If you happen to hang out in some of the same circles that I do, you’ve undoubtedly noticed that the Lean Startup idea has received a lot of attention. It seems to be a favorite subject of bloggers and media professionals. Which is all a good thing really, as it creates the occasion for us to examine what is the “best” way to launch new brands, products, and companies. There are, in fact, two rather divergent models in play, both equally good and equally innovative, yet each suited to a different situation.
In the one camp, we have the Lean Startup model, which directs us to learn fast by failing fast via a Minimum Viable Product, or MVP. The idea is to get some version of the product into the real market place (presumably by users who understand they are getting “beta”) as quickly as possible to give it real-world boots-on-the-ground market testing and quickly find out what is not right about it so as to fix it in the next iteration. This “build-measure-learn” process is repeated over and over until the product eventually morphs into something more along the lines of a minimum desirable product. Here, the market is the guinea pig. This model saves significant upfront time and money when compared to the alternative of having professional testers pre-test products using pre-launch mockups and prototypes. And indeed, this approach to continuous innovation has worked very well for a good number of companies. It has been the path to market for many innovative firms such as Zappos, Groupon, and others. However it is also well-documented that this model — or perhaps more correctly, poor execution of this model — has equally backfired and been disastrous for other companies (none of whom, as a consequence, you would have heard of).¹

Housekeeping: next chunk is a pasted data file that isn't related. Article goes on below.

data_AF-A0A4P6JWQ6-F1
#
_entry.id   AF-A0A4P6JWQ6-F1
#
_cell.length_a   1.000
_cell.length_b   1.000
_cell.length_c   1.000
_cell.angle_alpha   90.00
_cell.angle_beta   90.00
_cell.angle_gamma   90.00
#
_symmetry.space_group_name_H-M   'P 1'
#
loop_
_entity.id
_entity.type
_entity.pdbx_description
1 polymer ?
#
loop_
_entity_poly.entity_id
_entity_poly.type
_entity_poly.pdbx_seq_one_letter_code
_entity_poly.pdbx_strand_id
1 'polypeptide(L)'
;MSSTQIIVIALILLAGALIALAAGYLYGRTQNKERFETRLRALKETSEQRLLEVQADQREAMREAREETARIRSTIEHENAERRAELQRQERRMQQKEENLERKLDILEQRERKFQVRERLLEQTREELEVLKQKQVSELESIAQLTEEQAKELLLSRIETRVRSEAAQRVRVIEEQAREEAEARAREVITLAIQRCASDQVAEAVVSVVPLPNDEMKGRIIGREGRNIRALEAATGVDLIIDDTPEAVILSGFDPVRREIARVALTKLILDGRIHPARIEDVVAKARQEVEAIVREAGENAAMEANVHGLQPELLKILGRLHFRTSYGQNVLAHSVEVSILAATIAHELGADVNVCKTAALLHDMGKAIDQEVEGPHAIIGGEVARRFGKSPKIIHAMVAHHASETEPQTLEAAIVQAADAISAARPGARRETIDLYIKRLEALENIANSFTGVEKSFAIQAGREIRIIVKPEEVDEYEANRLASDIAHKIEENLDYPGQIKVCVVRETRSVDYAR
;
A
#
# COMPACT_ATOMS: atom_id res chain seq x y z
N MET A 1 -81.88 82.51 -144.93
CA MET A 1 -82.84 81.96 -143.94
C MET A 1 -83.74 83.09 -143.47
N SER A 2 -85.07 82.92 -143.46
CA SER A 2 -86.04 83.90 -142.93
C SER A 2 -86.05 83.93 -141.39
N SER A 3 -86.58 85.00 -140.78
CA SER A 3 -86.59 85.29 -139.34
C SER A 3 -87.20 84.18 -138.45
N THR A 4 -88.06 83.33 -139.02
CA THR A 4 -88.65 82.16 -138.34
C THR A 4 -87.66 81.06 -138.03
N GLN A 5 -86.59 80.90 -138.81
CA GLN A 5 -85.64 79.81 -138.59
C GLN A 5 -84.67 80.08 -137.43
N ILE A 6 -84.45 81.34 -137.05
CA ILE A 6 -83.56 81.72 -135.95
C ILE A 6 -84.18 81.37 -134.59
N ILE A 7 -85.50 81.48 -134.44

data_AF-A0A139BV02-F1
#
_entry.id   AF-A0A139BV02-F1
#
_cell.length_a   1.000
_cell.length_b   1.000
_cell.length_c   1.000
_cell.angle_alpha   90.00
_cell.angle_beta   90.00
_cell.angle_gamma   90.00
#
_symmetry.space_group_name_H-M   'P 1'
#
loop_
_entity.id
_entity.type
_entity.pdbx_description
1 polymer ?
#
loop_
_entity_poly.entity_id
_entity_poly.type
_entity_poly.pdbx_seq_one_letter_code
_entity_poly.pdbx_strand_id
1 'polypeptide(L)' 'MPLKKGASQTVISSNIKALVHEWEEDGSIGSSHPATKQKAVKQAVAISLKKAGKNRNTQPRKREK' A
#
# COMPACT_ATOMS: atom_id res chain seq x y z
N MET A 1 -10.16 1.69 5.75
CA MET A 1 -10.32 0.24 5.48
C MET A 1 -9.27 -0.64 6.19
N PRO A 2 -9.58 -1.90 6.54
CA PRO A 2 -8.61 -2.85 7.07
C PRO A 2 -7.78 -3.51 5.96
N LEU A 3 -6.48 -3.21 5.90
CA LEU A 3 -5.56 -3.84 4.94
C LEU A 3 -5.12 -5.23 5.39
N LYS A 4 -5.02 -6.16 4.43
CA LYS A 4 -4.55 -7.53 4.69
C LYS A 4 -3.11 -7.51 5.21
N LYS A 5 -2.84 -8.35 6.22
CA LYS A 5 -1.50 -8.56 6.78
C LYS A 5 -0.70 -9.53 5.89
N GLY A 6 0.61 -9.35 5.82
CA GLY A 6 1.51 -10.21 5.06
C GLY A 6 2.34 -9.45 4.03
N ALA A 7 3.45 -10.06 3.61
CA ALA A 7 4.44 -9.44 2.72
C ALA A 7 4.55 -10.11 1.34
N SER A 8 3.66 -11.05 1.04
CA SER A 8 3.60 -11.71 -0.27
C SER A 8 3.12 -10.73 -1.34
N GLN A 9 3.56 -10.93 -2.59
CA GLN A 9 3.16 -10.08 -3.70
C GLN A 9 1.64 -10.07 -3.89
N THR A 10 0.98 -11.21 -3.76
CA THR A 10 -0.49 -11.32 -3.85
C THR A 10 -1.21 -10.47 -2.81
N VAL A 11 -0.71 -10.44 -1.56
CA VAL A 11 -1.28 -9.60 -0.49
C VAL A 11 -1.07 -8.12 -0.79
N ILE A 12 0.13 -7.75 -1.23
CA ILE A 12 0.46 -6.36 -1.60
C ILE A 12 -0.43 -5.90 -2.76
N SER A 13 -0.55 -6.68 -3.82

In a completely different camp, we have what I refer to as the “Right Startup” model. This model relies upon using carefully controlled product-performance testing and market-acceptance testing amongst a select “internal” group of alpha / beta users prior to selling into the real market. Typically these are not average users, but are users highly skilled and capable in their ability to put the product through its paces, and are understanding of the shortcomings they will find along the way (after all, it is their job to find these shortcomings before real customers do). In some organizations, this work is undertaken under the auspices of a Quality Assurance group or a Product Approval group. Often, there are also internal reviews and vetting conducted by high-ranking officers from Marketing, Design, Engineering, and Sales before the product can be approved for “release”. In this model, the company takes all possible precautions to ensure that the product is “right” before it ever sees the light of the real marketplace. The market is never used as the guinea pig. This is because the risk for serious damage to brands and the customer loyalty tied to those brands is simply too great. These companies feel they cannot afford to erode that after having spent years or even decades, and tens of millions of dollars, building it. The Right Startup model is the approach taken by many equally innovative companies — startups like Marketo and Autopilot, as well as established companies like Apple, Starbucks, and Tesla Motors.